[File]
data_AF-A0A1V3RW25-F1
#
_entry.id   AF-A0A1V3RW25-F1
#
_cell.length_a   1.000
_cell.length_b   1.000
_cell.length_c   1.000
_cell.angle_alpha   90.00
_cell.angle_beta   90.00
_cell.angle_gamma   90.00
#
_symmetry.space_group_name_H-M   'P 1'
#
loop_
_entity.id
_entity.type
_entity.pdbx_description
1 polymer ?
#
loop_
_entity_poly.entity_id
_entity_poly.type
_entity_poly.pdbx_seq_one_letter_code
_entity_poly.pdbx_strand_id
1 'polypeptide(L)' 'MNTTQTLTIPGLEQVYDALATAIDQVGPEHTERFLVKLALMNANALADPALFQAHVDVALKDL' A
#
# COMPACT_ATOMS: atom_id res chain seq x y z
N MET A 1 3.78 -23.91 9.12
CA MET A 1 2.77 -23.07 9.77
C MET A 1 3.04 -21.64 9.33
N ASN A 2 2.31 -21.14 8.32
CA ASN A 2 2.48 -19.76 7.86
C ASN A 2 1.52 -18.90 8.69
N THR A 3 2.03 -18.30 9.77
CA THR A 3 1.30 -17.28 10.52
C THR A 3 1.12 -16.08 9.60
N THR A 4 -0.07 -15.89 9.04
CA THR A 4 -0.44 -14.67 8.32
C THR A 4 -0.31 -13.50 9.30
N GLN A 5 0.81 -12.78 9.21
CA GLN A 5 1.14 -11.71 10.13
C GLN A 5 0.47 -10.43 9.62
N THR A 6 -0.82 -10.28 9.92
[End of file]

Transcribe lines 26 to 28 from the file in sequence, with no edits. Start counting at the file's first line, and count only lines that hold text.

#
# COMPACT_ATOMS: atom_id res chain seq x y z
N MET A 1 3.78 -23.91 9.12